Tunisia was the best case, Sudan the last hope, Syria the bloodiest of all: The countries that not long ago sparked optimism for a democratic wave in the Arab world have descended into dictatorship, and Washington shouldn’t ignore them.
The Canary Islands have somehow become a major nursery for a critically endangered species.
What comes next?
America has paid a steep price for devoting too much space to storing cars.
Entertainment musts from Emma Sarappo
A new collection of Charles Portis’s work makes the case for his place in the American canon.
The ultimate performative politician doesn’t seem to enjoy the in-person performance of politics.
In praise of starting the day with enjoyable things
Scientists keep discovering species in museum collections long after they’ve died out. What else have we missed?
Atlantic writers have challenged conventional food wisdom time and time again.
The view from nowhere came from somewhere.
China is a more formidable adversary than the Soviet Union ever was, and the world is less divisible.
Asking a neighborhood or municipality to bear the responsibility for a housing crisis is asking for failure.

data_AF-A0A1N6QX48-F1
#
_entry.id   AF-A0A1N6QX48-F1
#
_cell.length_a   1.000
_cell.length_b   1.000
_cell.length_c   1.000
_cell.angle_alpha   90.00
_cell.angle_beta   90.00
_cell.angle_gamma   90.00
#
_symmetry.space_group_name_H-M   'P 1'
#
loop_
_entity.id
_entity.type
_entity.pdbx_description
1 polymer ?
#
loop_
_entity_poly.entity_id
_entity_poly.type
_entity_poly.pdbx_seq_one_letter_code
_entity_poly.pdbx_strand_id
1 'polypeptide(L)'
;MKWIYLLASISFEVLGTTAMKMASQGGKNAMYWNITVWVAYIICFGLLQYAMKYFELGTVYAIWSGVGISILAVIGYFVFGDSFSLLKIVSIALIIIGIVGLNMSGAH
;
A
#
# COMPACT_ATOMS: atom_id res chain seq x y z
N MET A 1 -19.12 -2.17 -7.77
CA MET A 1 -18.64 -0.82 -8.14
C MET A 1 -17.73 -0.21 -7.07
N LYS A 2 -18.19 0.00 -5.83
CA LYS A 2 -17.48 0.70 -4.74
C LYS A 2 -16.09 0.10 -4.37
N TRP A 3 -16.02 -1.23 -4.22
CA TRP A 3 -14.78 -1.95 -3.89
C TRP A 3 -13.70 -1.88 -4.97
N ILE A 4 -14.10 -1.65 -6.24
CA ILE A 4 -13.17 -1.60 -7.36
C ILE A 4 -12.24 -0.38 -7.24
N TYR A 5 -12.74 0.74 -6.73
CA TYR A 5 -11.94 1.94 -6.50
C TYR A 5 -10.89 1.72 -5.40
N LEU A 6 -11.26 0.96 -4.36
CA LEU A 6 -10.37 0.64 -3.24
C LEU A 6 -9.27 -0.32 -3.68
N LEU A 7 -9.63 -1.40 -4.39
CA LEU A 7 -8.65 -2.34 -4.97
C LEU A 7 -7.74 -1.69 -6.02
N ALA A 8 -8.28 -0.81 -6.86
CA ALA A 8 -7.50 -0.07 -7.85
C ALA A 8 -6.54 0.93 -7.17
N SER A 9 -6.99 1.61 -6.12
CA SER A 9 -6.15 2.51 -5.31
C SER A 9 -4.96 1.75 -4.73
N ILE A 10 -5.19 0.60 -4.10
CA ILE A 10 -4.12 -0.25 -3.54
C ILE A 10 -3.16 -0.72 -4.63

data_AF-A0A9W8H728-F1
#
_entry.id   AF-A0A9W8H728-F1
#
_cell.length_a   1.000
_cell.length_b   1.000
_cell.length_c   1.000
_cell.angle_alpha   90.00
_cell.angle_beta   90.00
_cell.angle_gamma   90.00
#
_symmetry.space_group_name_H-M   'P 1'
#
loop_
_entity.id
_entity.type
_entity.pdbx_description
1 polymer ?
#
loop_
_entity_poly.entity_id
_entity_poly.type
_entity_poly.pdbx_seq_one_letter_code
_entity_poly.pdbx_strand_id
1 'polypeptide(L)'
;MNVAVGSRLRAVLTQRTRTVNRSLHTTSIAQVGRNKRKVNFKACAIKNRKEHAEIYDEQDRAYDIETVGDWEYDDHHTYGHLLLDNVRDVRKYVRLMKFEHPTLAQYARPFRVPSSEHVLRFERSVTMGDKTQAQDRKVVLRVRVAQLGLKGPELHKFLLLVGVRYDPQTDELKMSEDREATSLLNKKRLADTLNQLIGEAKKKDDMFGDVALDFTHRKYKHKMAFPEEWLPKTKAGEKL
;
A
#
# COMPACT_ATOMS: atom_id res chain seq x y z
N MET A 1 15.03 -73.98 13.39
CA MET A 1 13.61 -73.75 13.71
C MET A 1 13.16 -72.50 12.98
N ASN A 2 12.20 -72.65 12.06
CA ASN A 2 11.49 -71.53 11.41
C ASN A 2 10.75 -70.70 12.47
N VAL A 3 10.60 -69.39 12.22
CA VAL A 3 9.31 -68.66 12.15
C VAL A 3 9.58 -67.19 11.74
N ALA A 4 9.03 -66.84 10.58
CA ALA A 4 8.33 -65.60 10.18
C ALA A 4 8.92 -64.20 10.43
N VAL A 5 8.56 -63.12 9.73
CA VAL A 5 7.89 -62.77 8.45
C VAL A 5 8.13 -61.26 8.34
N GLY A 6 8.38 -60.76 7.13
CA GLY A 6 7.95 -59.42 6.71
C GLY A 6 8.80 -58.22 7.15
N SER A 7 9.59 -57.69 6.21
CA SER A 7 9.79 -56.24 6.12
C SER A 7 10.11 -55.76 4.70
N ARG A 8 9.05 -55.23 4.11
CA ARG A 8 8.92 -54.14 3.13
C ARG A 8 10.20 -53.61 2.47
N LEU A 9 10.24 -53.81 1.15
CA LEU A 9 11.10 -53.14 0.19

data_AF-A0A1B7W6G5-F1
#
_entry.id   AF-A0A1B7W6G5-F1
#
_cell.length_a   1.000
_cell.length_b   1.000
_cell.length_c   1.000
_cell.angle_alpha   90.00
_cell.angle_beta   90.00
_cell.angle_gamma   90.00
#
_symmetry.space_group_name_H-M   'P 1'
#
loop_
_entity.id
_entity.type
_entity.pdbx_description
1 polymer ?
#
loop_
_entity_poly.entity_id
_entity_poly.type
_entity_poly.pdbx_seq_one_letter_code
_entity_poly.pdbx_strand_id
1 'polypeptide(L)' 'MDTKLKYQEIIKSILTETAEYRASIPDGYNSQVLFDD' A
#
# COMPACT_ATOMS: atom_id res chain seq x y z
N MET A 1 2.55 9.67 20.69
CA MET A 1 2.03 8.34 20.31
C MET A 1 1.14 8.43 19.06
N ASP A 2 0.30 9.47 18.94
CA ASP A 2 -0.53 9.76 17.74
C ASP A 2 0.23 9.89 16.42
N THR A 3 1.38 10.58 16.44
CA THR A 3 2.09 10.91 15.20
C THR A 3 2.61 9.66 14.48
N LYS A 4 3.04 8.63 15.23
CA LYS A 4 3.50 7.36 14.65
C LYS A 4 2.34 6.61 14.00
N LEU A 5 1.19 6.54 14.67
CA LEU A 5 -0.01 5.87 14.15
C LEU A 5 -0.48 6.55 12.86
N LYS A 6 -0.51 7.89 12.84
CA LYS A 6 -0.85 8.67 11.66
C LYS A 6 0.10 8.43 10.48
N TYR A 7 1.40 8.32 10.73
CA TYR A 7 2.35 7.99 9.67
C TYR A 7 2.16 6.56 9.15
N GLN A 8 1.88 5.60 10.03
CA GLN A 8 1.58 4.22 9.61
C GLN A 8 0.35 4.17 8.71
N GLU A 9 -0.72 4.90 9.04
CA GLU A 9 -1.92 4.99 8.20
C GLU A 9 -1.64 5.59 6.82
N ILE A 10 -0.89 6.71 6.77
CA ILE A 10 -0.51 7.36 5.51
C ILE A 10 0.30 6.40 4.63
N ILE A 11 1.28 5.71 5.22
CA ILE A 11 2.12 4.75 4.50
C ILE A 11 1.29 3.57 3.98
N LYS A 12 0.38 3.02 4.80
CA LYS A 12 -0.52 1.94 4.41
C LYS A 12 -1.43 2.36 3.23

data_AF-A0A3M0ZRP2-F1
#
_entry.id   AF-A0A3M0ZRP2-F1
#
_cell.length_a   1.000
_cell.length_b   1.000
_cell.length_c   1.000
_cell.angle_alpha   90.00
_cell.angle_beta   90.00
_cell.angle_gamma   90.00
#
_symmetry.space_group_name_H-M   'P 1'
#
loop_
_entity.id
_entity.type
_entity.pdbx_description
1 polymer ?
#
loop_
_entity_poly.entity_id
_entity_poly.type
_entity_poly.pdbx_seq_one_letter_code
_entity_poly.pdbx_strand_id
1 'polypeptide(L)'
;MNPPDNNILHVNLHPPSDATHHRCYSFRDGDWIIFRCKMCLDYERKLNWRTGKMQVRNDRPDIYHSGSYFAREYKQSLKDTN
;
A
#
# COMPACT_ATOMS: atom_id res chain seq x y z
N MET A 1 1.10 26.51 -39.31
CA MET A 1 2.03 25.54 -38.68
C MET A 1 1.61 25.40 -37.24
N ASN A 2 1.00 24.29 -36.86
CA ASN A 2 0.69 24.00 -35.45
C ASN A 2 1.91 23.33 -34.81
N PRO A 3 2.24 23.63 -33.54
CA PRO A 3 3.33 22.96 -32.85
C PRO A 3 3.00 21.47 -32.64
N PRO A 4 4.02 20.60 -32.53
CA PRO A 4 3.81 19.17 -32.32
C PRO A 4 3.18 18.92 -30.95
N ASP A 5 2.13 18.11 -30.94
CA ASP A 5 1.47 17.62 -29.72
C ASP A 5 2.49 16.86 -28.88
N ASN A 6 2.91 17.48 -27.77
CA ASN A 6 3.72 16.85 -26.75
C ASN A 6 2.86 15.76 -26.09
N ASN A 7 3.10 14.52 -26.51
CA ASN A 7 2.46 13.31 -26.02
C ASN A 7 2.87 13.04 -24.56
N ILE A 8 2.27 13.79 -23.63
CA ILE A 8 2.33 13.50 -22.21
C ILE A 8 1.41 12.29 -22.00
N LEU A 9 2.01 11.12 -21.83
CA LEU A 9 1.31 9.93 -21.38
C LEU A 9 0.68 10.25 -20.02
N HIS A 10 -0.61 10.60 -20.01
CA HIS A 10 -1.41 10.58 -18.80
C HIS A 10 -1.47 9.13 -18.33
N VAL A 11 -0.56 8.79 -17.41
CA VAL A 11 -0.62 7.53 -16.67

Big Tech’s warnings about an AI apocalypse are distracting us from years of actual harms their products have caused.
What to make of two strikingly different series finales—and worldviews
Things are finally looking up for the American worker. Why does the government see that as a crisis?
The U.S. is returning to a tired old playbook: If at first you fail to make something a universal right, try making it an employee benefit.
History shows how to stave it off.
Russia’s gambit to deter support for Ukraine by restricting energy supplies flopped—thanks to concerted action by European countries.
Ernie Pyle understood that the war would be won, or lost, in the realm of steel, dirt, and blood.